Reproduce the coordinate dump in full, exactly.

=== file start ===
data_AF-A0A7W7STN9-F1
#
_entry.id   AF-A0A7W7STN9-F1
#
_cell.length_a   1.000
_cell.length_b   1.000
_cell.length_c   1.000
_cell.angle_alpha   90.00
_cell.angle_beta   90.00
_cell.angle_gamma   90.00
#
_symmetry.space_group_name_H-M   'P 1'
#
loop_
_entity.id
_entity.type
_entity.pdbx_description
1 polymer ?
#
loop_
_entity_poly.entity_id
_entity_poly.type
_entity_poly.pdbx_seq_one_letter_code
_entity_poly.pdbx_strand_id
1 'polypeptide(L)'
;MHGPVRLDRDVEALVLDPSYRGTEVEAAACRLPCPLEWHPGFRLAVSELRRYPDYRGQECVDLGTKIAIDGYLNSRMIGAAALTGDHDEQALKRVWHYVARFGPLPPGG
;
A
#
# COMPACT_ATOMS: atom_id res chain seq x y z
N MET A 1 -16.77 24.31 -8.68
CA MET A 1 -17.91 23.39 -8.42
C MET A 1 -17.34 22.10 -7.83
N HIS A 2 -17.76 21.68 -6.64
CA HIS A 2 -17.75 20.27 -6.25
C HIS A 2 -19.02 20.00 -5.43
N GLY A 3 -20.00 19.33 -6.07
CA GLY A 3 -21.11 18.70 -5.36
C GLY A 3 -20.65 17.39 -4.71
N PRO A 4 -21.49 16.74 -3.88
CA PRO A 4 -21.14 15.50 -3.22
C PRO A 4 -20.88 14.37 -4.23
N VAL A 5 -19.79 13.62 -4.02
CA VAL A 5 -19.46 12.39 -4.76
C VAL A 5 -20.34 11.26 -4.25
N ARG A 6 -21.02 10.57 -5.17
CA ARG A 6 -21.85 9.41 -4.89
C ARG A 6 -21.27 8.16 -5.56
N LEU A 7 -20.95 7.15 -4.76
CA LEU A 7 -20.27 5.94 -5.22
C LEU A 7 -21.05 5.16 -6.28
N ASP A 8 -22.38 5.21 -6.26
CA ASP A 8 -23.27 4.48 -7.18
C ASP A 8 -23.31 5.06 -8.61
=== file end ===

data_AF-A0A7W7STN9-F1
#
_entry.id   AF-A0A7W7STN9-F1
#
_cell.length_a   1.000
_cell.length_b   1.000
_cell.length_c   1.000
_cell.angle_alpha   90.00
_cell.angle_beta   90.00
_cell.angle_gamma   90.00
#
_symmetry.space_group_name_H-M   'P 1'
#
loop_
_entity.id
_entity.type
_entity.pdbx_description
1 polymer ?
#
loop_
_entity_poly.entity_id
_entity_poly.type
_entity_poly.pdbx_seq_one_letter_code
_entity_poly.pdbx_strand_id
1 'polypeptide(L)'
;MHGPVRLDRDVEALVLDPSYRGTEVEAAACRLPCPLEWHPGFRLAVSELRRYPDYRGQECVDLGTKIAIDGYLNSRMIGAAALTGDHDEQALKRVWHYVARFGPLPPGG
;
A
#
# COMPACT_ATOMS: atom_id res chain seq x y z
N MET A 1 -16.77 24.31 -8.68
CA MET A 1 -17.91 23.39 -8.42
C MET A 1 -17.34 22.10 -7.83
N HIS A 2 -17.76 21.68 -6.64
CA HIS A 2 -17.75 20.27 -6.25
C HIS A 2 -19.02 20.00 -5.43
N GLY A 3 -20.00 19.33 -6.07
CA GLY A 3 -21.11 18.70 -5.36
C GLY A 3 -20.65 17.39 -4.71
N PRO A 4 -21.49 16.74 -3.88
CA PRO A 4 -21.14 15.50 -3.22
C PRO A 4 -20.88 14.37 -4.23
N VAL A 5 -19.79 13.62 -4.02
CA VAL A 5 -19.46 12.39 -4.76
C VAL A 5 -20.34 11.26 -4.25
N ARG A 6 -21.02 10.57 -5.17
CA ARG A 6 -21.85 9.41 -4.89
C ARG A 6 -21.27 8.16 -5.56
N LEU A 7 -20.95 7.15 -4.76
CA LEU A 7 -20.27 5.94 -5.22
C LEU A 7 -21.05 5.16 -6.28
N ASP A 8 -22.38 5.21 -6.26
CA ASP A 8 -23.27 4.48 -7.18
C ASP A 8 -23.31 5.06 -8.61